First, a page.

Skip to comments.Explaining MLB's Monumental Jump in Strikeouts This Year
Posted on 05/15/2019 12:33:21 PM PDT by C19fan
MLB did something in 2008 that looked fairly unremarkable. The league set a new record for strikeout rate, bumping just a hair above the record of 17.3% after having spent the last decade bouncing back and forth within the boundaries of a single percentage point.
The 17.5% K-rate was not dramatically higher than the previous record from 2001. But it was the start of something big. Baseball broke this record again in 2009and 2010, and 2011, and every year since, with no signs of stopping. Its looked like an unrelenting march across the Land of Balls in Play to the Sea of Three True Outcomes.
The 2019 season has only offered more of the same. In fact, its offered dramatically more of the same. Its not just that the games strikeout rate is on track to set a record for the 11th straight year; at this point, the simple existence of a new record hardly feels worth remarking on. No, its that the strikeout rate is on track to set a record by a margin that is nearly a record in its own right. Entering Wednesday, 23.2% of plate appearances have resulted in a K0.9 percentage points above last seasons rate, which might not sound like very much, but on this scale, a tiny fraction can equal hundreds and hundreds of strikeouts. Its tied for baseballs eighth-highest increase, year over year, ever, and its the second highest in the last quarter-century. So
what does it mean? What does it look like? And where is it going?
(Excerpt) Read more at si.com ...
Since I don’t “do” SI I’ll never know.
They’re deflating the balls.
Batters don’t want singles. They want Home Runs. So they’ll keep fouling off off-speed pitches, pitches out of their red zone, etc., until they force the pitcher to throw the pitch they’re looking for. What baseball needs is a 3-foul (5-strike) limit.
During last night's Diamondbacks game, Randy Johnson was saying something to the effect that pitchers these days can't rely on just their fast ball. Today's hitters are too fast and have more analytics and they can take about any fast ball and go yard. The average pitcher today now has to vary the locations of their fastball more today, AND have a greater arsenal of secondary pitches or they're not going to be able to compete.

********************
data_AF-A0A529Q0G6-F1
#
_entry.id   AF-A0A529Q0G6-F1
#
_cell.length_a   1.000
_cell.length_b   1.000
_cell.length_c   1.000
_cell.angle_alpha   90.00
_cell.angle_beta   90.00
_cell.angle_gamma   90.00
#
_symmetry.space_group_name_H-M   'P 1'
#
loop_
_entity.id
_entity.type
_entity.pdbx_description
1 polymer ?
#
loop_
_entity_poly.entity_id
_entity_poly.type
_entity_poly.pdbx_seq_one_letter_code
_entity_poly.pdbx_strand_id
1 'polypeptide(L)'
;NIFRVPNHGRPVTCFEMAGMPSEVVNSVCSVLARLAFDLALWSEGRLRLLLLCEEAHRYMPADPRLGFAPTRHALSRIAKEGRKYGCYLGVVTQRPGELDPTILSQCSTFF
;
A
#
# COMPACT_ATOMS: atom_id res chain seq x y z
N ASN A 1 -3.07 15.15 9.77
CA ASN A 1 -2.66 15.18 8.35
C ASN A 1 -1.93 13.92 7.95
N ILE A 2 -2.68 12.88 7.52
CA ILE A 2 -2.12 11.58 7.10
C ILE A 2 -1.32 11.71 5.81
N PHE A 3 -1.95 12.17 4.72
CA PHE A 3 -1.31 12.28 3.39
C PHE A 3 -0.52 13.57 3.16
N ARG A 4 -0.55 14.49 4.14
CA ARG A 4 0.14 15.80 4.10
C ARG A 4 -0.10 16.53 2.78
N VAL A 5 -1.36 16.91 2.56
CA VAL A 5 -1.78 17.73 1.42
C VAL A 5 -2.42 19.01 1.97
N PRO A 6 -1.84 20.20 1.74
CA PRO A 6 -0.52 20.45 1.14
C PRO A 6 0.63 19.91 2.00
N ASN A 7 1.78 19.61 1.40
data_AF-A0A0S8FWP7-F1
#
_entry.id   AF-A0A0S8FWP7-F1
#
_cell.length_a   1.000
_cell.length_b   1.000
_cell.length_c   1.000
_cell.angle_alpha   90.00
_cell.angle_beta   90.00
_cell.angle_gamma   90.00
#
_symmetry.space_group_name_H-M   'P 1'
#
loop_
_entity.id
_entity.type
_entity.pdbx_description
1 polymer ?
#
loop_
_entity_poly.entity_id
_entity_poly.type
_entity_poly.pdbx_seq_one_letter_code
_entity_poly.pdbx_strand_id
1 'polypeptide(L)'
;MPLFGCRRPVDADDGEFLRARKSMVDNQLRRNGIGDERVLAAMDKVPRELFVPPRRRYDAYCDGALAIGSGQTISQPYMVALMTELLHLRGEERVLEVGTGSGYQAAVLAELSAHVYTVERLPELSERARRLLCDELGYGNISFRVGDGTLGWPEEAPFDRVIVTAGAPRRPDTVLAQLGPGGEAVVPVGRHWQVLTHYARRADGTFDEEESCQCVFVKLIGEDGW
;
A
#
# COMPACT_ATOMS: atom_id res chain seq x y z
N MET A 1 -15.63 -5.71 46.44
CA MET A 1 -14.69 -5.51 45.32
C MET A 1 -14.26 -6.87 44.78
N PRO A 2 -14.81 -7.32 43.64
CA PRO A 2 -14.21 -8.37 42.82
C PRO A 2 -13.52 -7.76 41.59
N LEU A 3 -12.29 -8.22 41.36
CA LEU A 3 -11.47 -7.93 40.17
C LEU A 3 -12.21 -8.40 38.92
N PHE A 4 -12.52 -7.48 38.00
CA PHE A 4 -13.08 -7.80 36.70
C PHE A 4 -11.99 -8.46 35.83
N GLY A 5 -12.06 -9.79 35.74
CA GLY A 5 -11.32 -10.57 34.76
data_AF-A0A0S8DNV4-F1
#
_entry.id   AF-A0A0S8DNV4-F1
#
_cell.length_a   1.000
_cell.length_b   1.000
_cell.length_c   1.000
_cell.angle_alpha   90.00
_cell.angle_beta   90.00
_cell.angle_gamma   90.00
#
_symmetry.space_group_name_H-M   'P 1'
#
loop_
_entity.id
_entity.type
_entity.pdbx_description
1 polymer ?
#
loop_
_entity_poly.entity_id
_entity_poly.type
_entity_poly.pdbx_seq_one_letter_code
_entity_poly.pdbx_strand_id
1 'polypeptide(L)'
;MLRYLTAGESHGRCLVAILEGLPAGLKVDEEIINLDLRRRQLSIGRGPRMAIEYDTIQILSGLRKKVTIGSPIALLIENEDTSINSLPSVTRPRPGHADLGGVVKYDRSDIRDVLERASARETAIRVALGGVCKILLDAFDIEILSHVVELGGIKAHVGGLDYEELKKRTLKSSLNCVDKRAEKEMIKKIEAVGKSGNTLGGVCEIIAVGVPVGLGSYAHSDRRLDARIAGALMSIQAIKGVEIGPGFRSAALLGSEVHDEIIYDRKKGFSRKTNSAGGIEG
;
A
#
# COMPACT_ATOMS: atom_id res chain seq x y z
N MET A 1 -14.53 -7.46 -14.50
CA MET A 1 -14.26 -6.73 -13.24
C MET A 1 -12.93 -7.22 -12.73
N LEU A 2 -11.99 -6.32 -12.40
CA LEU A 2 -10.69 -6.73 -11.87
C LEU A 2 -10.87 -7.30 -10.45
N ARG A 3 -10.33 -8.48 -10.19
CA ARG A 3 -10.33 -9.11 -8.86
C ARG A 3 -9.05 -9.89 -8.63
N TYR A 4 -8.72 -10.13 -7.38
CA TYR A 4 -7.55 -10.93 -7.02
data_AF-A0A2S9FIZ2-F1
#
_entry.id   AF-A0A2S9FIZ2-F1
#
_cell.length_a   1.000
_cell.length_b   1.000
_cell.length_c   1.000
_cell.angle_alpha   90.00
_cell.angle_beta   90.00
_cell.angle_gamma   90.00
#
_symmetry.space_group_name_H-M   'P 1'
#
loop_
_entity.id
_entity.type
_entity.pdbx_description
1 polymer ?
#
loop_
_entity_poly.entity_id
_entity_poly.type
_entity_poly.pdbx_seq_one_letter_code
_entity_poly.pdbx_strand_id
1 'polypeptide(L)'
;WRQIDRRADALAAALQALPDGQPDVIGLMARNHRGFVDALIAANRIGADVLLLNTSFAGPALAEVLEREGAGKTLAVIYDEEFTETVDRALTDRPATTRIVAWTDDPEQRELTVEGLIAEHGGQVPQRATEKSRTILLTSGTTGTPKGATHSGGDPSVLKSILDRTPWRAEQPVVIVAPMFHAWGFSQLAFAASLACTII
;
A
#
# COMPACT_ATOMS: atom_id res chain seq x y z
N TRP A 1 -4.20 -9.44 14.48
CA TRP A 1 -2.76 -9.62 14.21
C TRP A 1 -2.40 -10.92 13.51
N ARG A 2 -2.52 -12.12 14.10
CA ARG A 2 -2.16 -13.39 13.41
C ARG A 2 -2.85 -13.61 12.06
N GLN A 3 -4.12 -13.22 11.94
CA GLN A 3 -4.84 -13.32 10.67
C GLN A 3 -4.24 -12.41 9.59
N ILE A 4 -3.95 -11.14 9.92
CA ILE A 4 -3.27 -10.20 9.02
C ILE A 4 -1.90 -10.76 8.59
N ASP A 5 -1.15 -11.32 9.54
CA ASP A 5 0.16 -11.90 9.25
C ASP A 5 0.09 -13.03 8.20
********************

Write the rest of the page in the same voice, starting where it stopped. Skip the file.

Joe DiMaggio struck out 39 times in his rookie year. That was the most he ever struck in a year.
“Since I dont do SI Ill never know.”
I’m holding out for the Burkini issue.
Batters are trying too hard to hit homers. Pitchers are probably better. Almost everyone throws 90+ mph nowadays. Plus they’re pampered a bit. Almost as well as Kobe cows. Starters never throw more than 100 pitches/game anymore.
This increase in strikeouts is positive and fascinating.
Especially since both walks and HR are up and ERA is flat.
It makes for a better game IMHO.
Joe didn’t play against today’s pitching.
What’s that you say, Mrs. Robinson?
Joe Sewell was the hardest strikeout ever. He struck out 114 times in his entire career. In 1925 he struck out only 4 times in 608 at bats. Sewell holds the record for the lowest strikeout rate in major league history, striking out on average only once every 62.5 at-bats, and the most consecutive games without a strikeout, at 115.
Way too many pitching changes too. So you are bringing in a lot of fresh pitchers throwing 90+.
it’s relative. whoever comes along today hits today’s pitching and that would go for dimaggio, as well as cobb, hornsby and ruth and the rest.
Even if you did, this article doesn’t explain.
Managers don’t want singles. Statistical analysis has shown that swinging for the fences gets you more runs than trying to hit singles.
You could fix this by raising the walls, to make it harder to hit balls out of the park, thus changing the statistical advantage. Hitters would still get hits, sometimes doubles, by hitting off the wall, but doubles off the wall are not as valuable as home runs.
If you do get singles, you’d better be able to steal second on a consistent basis.
pitchers aren’t expected to pitch games anymore, because statistics show that the 3rd time through a lineup, batting averages shoot up. Better to swap out after 5 innings.
Batters aren’t just “trying”, they are hitting more home runs than ever. As would be expected — the statistics again have shown that striking out more, but getting home runs more, is a winning strategy.
Note that a strikeout will virtually never be a double-play. And if your batting average on a “3rd strike safe hit” is 100 points below your general average, you are hardly helping by trying to get on base.
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